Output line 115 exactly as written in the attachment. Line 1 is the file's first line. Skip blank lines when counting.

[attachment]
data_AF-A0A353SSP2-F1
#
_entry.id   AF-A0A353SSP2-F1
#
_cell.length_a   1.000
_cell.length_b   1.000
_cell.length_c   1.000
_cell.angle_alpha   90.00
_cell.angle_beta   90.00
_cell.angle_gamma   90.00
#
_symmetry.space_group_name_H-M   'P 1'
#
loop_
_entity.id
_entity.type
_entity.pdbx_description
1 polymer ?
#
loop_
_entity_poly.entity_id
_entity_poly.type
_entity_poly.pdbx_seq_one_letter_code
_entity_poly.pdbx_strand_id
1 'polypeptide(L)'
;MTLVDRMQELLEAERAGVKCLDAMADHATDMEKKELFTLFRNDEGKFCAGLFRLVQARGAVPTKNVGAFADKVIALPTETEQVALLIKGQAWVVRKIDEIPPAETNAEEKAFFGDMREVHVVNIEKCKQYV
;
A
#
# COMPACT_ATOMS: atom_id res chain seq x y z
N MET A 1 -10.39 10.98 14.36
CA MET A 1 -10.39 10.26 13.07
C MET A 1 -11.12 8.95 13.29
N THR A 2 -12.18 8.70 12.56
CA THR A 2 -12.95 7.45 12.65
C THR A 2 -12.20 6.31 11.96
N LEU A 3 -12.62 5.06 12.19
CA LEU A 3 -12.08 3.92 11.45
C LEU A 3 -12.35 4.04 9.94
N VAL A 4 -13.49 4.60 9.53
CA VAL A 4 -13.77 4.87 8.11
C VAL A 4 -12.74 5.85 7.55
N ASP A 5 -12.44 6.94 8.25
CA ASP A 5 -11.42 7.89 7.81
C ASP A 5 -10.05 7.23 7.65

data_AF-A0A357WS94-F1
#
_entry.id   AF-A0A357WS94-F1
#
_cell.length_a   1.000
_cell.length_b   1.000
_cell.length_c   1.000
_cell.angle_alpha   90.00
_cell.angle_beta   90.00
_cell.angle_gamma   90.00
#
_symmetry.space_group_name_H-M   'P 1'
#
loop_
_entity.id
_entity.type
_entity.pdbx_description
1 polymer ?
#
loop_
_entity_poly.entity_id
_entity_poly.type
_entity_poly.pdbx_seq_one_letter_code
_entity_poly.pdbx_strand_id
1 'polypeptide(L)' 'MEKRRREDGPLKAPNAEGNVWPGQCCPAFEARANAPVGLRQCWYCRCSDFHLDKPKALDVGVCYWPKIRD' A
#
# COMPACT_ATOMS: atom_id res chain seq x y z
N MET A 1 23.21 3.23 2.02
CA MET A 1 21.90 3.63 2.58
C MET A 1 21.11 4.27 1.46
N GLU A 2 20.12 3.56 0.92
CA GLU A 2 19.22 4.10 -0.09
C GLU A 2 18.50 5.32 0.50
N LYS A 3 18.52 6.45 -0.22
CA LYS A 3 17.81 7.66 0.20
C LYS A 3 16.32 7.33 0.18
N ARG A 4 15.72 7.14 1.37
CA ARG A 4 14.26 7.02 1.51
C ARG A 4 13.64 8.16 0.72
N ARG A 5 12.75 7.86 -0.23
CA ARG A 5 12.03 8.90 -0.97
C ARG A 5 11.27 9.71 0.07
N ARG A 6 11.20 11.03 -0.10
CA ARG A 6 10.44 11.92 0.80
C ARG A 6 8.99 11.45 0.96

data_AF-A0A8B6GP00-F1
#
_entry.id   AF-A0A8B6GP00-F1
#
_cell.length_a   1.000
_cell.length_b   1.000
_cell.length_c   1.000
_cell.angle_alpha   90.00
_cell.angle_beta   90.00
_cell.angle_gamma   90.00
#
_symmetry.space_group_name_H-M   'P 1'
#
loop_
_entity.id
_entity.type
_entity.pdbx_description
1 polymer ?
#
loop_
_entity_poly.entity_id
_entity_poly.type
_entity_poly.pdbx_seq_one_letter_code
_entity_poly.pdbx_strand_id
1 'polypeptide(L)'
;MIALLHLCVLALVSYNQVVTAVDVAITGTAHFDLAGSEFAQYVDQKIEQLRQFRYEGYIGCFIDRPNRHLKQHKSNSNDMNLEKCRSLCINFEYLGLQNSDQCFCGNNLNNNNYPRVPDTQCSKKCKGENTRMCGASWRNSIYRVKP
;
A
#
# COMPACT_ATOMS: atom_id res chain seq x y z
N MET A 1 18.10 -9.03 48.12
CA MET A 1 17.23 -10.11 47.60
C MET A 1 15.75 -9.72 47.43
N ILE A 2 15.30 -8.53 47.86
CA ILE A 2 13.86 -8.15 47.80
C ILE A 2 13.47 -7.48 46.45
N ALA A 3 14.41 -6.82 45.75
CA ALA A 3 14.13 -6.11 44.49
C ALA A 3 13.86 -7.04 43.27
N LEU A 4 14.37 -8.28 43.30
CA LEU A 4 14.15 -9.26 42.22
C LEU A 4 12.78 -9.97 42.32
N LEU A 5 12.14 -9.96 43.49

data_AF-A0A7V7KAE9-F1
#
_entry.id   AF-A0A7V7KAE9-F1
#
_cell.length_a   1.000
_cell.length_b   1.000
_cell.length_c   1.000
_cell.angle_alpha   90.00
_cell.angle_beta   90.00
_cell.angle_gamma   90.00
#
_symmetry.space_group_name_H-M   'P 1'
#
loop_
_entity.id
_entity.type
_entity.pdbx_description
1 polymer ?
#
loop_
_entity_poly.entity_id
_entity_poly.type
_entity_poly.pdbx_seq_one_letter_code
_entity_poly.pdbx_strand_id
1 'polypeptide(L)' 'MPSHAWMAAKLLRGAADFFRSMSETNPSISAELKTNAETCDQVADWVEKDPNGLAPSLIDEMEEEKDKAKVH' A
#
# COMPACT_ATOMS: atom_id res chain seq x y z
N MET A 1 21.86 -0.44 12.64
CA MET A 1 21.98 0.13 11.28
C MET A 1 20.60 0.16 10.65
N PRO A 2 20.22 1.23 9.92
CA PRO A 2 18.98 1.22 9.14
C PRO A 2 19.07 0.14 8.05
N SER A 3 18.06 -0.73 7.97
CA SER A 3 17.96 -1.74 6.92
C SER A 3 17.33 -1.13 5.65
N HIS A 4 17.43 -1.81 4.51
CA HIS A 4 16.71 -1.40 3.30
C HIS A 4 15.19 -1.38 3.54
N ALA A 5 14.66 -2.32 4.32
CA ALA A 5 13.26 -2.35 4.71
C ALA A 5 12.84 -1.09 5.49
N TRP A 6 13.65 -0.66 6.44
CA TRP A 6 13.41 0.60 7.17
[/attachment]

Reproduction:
1 'polypeptide(L)'